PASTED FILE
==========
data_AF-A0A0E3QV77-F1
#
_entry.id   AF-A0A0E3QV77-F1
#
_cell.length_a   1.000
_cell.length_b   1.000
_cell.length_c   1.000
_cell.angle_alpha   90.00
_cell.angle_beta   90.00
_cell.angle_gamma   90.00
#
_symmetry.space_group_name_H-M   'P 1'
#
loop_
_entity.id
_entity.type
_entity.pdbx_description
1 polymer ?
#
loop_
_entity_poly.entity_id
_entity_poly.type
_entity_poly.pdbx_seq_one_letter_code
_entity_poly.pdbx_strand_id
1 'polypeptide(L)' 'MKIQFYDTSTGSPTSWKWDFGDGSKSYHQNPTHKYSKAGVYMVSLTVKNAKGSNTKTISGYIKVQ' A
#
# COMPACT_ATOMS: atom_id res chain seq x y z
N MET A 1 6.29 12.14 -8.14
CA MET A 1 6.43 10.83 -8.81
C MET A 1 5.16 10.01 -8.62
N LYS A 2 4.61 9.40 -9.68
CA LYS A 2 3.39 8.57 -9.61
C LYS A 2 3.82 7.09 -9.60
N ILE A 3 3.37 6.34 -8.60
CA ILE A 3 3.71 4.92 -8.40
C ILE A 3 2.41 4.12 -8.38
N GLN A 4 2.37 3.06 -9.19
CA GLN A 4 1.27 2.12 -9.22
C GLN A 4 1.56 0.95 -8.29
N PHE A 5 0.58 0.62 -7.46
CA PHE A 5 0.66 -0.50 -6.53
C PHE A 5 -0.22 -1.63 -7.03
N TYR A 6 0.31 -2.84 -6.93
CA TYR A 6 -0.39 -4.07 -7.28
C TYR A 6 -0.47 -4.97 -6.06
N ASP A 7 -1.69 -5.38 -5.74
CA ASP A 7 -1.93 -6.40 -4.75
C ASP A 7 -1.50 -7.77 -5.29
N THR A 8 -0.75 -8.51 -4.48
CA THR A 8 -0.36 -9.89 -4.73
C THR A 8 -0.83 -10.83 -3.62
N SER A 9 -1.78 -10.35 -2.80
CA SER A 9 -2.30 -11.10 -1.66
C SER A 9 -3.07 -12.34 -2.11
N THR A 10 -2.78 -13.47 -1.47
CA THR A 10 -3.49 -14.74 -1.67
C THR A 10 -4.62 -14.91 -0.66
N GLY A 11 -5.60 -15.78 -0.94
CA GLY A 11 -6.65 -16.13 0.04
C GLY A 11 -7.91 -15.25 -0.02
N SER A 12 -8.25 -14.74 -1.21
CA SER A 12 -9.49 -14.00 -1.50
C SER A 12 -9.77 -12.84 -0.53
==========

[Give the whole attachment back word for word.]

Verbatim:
data_AF-A0A0E3QV77-F1
#
_entry.id   AF-A0A0E3QV77-F1
#
_cell.length_a   1.000
_cell.length_b   1.000
_cell.length_c   1.000
_cell.angle_alpha   90.00
_cell.angle_beta   90.00
_cell.angle_gamma   90.00
#
_symmetry.space_group_name_H-M   'P 1'
#
loop_
_entity.id
_entity.type
_entity.pdbx_description
1 polymer ?
#
loop_
_entity_poly.entity_id
_entity_poly.type
_entity_poly.pdbx_seq_one_letter_code
_entity_poly.pdbx_strand_id
1 'polypeptide(L)' 'MKIQFYDTSTGSPTSWKWDFGDGSKSYHQNPTHKYSKAGVYMVSLTVKNAKGSNTKTISGYIKVQ' A
#
# COMPACT_ATOMS: atom_id res chain seq x y z
N MET A 1 6.29 12.14 -8.14
CA MET A 1 6.43 10.83 -8.81
C MET A 1 5.16 10.01 -8.62
N LYS A 2 4.61 9.40 -9.68
CA LYS A 2 3.39 8.57 -9.61
C LYS A 2 3.82 7.09 -9.60
N ILE A 3 3.37 6.34 -8.60
CA ILE A 3 3.71 4.92 -8.40
C ILE A 3 2.41 4.12 -8.38
N GLN A 4 2.37 3.06 -9.19
CA GLN A 4 1.27 2.12 -9.22
C GLN A 4 1.56 0.95 -8.29
N PHE A 5 0.58 0.62 -7.46
CA PHE A 5 0.66 -0.50 -6.53
C PHE A 5 -0.22 -1.63 -7.03
N TYR A 6 0.31 -2.84 -6.93
CA TYR A 6 -0.39 -4.07 -7.28
C TYR A 6 -0.47 -4.97 -6.06
N ASP A 7 -1.69 -5.38 -5.74
CA ASP A 7 -1.93 -6.40 -4.75
C ASP A 7 -1.50 -7.77 -5.29
N THR A 8 -0.75 -8.51 -4.48
CA THR A 8 -0.36 -9.89 -4.73
C THR A 8 -0.83 -10.83 -3.62
N SER A 9 -1.78 -10.35 -2.80
CA SER A 9 -2.30 -11.10 -1.66
C SER A 9 -3.07 -12.34 -2.11
N THR A 10 -2.78 -13.47 -1.47
CA THR A 10 -3.49 -14.74 -1.67
C THR A 10 -4.62 -14.91 -0.66
N GLY A 11 -5.60 -15.78 -0.94
CA GLY A 11 -6.65 -16.13 0.04
C GLY A 11 -7.91 -15.25 -0.02
N SER A 12 -8.25 -14.74 -1.21
CA SER A 12 -9.49 -14.00 -1.50
C SER A 12 -9.77 -12.84 -0.53